The rise in social health problems over the past decade has ironically been fuelled by social media. These platforms have brought so many benefits in connectivity, but it’s the health issues that remain the growing challenge. Though as with all health aspects it is an incredibly dynamic issue — blaming social media flat out isn’t the answer.


Body Image

Let’s take the example of body image

For context 9 out of 10 men have experienced anxiety because of the way they look. 30% of teenagers have a desire for ‘toning’ to look better. In a study of 7000 ‘normal and healthy weight’ women, 70% had a desire to lose weight.

On social media, there is no shield to public scrutiny, with bodies being viewed and judged every day with the most desirable rising to the top and become the benchmark to which expectations are set. While social media never defined what makes for a desirable body it does reinforce the views of the majority of us that use the platform, both consciously and subconsciously, every day as we spend hours scrolling through these apps feeding the algorithms.

The fitness industry wants to celebrate healthy bodies, especially those that have gone through a healthy transformation. ‘Look at her abs showing’ or ‘look at the definition on his arms and shoulders’ are a lot more appealing than ‘her risk of type two diabetes has lowered significantly’ or ‘his focus on resistance training will help him as he ages’.

I think one solution to this is celebrating the body but putting a primary focus on the non-visual outcomes. Making the mental health, energy, confidence and capabilities central to the ‘transformation’. The more we put aesthetics as a by-product of success the less importance it will carry to the consumer.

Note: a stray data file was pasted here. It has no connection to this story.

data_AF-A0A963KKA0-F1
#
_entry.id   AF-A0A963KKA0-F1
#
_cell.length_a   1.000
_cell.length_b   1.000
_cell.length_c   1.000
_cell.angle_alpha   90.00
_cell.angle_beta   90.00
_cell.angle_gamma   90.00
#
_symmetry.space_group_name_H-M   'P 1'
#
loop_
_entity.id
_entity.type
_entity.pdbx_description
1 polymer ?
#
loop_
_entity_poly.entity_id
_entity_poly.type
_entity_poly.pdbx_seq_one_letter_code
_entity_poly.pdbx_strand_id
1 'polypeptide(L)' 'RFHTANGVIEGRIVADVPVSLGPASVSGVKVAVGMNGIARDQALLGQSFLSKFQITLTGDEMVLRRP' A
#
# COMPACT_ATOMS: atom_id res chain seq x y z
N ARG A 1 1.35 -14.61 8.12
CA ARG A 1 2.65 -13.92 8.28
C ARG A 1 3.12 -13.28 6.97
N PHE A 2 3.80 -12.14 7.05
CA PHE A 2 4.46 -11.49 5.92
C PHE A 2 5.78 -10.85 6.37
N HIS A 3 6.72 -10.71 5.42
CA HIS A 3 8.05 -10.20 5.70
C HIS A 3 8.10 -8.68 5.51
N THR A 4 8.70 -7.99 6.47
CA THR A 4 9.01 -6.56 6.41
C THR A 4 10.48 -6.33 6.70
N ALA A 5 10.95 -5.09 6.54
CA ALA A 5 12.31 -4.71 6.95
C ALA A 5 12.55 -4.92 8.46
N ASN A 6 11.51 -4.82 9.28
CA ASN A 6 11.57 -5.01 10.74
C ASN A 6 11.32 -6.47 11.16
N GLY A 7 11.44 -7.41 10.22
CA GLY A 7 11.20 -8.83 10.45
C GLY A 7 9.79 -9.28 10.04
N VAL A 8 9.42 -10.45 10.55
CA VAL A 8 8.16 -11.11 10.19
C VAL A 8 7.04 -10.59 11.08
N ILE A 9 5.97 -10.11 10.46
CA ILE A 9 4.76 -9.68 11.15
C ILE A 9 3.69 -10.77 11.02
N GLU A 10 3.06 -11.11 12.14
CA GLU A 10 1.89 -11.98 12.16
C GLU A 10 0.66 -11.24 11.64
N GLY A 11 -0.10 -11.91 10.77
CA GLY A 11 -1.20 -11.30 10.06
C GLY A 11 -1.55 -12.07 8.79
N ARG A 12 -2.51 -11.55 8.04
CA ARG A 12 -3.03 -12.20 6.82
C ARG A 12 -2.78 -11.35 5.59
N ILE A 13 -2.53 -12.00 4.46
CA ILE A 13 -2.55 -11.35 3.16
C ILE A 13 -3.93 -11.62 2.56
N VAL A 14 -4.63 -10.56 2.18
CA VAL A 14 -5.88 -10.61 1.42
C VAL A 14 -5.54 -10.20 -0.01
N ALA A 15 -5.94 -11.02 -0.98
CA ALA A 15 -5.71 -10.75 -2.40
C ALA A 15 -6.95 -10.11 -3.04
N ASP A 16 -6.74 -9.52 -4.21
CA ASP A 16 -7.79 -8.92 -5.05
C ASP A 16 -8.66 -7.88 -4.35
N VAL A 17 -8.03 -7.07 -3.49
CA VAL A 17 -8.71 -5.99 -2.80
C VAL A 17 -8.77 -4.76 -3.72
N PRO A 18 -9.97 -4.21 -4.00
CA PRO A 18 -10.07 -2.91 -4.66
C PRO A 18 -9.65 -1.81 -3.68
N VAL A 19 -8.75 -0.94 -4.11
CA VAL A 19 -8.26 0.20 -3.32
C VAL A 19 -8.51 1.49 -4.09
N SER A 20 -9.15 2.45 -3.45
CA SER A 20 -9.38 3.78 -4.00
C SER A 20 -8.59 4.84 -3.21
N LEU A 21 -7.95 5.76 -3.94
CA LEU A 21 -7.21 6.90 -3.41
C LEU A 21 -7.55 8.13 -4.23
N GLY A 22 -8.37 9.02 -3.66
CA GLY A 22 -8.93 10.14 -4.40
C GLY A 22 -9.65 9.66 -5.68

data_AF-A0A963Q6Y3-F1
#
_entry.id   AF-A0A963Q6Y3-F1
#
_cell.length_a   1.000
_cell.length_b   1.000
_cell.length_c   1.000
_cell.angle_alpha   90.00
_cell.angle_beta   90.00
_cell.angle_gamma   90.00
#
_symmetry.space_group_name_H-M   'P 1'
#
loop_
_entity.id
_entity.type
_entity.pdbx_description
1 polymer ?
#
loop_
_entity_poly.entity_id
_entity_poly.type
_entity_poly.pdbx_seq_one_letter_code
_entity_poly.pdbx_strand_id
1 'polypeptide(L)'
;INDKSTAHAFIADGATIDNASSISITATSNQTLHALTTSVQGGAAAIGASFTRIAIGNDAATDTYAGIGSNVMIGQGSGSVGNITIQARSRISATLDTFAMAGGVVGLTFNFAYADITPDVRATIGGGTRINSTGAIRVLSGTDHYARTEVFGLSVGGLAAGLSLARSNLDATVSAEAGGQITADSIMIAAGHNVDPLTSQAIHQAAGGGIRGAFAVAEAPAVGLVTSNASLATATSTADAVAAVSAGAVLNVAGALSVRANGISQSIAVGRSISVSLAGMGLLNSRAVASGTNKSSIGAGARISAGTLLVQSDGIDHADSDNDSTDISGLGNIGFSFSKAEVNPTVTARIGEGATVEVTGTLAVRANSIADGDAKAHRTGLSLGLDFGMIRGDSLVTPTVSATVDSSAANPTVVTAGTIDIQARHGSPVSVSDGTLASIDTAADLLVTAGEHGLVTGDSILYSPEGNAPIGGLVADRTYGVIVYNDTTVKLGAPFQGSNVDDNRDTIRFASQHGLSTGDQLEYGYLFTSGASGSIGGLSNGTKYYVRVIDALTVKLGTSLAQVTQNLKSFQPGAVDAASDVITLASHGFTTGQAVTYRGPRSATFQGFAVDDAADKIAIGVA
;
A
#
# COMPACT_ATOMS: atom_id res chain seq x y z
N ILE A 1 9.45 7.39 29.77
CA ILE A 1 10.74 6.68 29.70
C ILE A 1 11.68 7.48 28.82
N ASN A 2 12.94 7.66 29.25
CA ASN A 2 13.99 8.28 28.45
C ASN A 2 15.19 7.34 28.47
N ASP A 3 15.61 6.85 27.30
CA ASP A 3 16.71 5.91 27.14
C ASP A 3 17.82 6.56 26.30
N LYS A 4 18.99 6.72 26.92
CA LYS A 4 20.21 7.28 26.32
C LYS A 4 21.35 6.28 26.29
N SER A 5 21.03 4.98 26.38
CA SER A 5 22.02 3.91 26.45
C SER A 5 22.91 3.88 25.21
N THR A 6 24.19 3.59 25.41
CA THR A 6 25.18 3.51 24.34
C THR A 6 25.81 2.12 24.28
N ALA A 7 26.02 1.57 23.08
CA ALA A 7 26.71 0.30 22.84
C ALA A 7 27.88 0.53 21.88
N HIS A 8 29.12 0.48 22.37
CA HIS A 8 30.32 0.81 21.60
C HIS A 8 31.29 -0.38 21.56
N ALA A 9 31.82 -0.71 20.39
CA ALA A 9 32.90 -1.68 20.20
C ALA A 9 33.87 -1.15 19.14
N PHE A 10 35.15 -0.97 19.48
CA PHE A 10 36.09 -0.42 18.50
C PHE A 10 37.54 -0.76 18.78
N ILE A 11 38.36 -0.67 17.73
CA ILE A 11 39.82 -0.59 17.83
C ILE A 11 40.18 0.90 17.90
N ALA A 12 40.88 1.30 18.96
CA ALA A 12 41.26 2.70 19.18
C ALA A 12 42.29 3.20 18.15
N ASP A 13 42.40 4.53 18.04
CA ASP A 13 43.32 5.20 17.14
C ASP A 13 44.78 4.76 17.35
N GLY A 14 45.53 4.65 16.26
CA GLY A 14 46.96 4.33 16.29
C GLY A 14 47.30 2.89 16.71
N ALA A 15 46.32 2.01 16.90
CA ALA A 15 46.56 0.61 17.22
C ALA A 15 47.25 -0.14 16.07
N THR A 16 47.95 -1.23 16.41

We’re unlikely to ever shake the fitness industries obsession on body image given how tightly wrapped around societies perceptions it has become. But what we can do is reduce is the weight of impact on those who judge themselves based on what they see in the mirror, vs how they feel.

A big step around member retention is moving the focus away from body image as the key reason for being active. Fluctuations and perceived failures are key reasons for people to fall off their health journey. Making clear the social health issues related to body image and perception provides further fortification of health as the core component of fitness.

There’s more here — need to link it to some of the foundational ideas of social health and the capacity for this to be a huge health component.

Social Health & Communication

Another example of social media’s impact on social health comes through communication and polarisation.

Time to go deeper.

There are plenty of sensitive subjects that we are all entitled to have an opinion on, but the often divisive nature of issues has formed polarised camps for those engaged and disconnection by those afraid to say something out of place. We are in an era where healthy communication has broken down and debates and discussions are formed with malicious intent and divisive outcomes.